If you are caring for emotionally distraught loved one who uses the “I want to go home!” phrase over and over; then you have probably felt some frustration with how to respond to that. If your Receiver of Care is in a facility, or another person’s home; then it is understandable why they are saying that phrase repeatedly. However, what if your Receiver of Care is already home? How should you respond? What will calm your loved one down? What are they really saying?
Maybe the following story, about a young Giver of Care, Anna, will provide some light on the subject:
Anna was a sweet 13 year old girl, who was emotionally distraught over some sad family situations. Her grandfather was suffering from Alzheimer’s and her parents were in the middle of a very sad divorce. It was a very lonely and troubling time for Anna. One night, things seemed more than she could bear. ‘”Dad…I want to go home… I want to go home.. I want to go home”, she kept repeating, through her broken sobs.
Her Dad, trying to comfort his daughter, asked Anna to explain what she meant. His heart broke for his daughter, as she answered through her tears, “Back to when everything was okay, when we were traveling, singing, camping, and everything was okay!”
What a profound moment for Anna’s dad. As he was sitting in his home with his upset daughter, he realized HOME is not necessarily a physical place. HOME is a safe place. A time when things were good. Bingo!
The following morning, Anna’s dad was visiting his father, a patient at an Alzheimer’s memory unit . The elderly man began his visit as he often did, repetitively saying, “I want to go home”. Ordinarily that would lead to a ‘logical, and unproductive attempt’ to reason that this is his new home. That morning however, armed with a deeper understanding of home, a heartfelt reply came forward. “Yes, let’s go home Dad.”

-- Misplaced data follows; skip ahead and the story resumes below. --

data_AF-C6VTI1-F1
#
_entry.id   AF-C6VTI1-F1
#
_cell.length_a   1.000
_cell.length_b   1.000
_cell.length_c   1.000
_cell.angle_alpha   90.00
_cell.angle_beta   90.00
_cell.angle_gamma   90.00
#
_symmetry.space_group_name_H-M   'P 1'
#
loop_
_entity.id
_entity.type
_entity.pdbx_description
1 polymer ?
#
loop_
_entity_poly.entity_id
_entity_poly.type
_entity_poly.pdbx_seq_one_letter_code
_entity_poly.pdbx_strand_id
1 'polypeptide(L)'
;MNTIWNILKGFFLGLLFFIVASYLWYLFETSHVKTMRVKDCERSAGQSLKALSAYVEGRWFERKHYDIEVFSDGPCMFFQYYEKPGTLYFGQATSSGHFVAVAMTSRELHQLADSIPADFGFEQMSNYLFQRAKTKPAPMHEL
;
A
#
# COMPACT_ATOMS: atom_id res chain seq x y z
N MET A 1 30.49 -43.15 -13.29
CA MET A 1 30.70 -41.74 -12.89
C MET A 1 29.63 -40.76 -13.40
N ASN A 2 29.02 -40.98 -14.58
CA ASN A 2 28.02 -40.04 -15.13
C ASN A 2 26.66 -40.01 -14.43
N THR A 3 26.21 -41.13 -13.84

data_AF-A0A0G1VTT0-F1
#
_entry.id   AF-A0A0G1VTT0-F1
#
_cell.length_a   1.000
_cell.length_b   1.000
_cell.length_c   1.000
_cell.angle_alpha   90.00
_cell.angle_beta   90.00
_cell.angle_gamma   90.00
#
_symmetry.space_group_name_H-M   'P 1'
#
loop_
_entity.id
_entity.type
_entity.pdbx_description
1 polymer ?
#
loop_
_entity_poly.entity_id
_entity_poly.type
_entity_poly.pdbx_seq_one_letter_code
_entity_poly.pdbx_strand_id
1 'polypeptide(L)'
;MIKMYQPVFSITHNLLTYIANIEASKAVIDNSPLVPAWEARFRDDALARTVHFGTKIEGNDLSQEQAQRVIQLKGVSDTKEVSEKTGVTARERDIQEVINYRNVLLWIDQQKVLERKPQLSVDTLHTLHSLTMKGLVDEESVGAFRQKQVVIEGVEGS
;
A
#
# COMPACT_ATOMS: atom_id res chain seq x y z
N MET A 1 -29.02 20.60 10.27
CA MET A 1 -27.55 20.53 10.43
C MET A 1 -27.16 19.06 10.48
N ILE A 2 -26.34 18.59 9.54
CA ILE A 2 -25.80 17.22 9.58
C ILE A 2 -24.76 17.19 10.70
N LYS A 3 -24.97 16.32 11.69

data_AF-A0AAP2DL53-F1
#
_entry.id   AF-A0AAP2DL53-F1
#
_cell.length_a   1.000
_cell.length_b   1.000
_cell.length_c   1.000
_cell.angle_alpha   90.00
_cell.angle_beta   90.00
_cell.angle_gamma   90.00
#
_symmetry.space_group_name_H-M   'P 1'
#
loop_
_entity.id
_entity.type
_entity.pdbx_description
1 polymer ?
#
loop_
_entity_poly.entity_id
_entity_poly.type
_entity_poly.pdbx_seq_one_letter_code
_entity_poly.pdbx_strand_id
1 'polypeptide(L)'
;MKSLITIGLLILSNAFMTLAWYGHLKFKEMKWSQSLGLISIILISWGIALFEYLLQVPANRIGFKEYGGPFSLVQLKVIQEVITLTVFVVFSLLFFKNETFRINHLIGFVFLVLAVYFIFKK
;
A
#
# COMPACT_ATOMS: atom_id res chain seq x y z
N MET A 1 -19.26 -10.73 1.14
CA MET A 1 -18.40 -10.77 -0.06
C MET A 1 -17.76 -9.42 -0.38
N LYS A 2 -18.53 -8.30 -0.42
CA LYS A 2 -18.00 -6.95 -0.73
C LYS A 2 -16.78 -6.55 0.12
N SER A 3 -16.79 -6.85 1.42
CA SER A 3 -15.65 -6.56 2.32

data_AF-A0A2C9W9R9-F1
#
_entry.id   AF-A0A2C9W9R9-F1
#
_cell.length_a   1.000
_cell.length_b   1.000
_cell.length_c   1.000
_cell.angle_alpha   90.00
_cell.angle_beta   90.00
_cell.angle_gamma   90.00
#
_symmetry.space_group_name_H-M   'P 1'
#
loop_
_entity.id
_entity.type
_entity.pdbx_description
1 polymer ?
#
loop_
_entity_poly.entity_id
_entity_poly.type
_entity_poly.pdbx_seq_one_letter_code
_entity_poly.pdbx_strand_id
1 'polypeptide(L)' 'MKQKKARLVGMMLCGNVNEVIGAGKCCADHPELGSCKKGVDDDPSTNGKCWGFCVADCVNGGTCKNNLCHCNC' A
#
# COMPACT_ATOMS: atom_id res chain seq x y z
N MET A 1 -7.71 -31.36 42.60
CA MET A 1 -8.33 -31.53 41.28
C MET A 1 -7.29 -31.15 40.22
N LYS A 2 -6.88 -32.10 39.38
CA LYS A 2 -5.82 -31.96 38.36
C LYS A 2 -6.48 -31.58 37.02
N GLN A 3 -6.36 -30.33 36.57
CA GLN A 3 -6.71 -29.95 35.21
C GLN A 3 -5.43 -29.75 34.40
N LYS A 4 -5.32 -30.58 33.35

They held hands as they walked and talked about fond memories: when his father taught him fishing, when they built a tree house together and even how his father decided to ask his mom for her hand in marriage. It wasn’t long before the elderly gentleman felt peace and he stopped asking to go home. When they returned to his apartment within the memory unit he asked, “Is this where I live? It sure seems nice!”
Other siblings began using this same approach and over time, this helped him transition to his new and final place of residence at the memory care unit. Equally valuable, this approach of ‘changing the subject’ led to more meaningful and healing visits for all involved!
Research confirms, when we are upset, talking about a time when life was more pleasant is therapeutic and triggers a chemical reaction that helps brings a sense of clam.
The take away? As a caregiver sometimes it’s simply best to accept that “being right” isn’t the answer, i.e. it’s not the time to say, “Dad, enough already .. you are home”. It may be best to take our loved ones for a walk down memory lane!
The wonderful young woman who inspired this story is the daughter of the developer of Genus. Anna couldn’t have been kinder to her grandfather when he was suffering with Alzheimer’s and shared many wonderful, and yes, repetitive conversations about his past.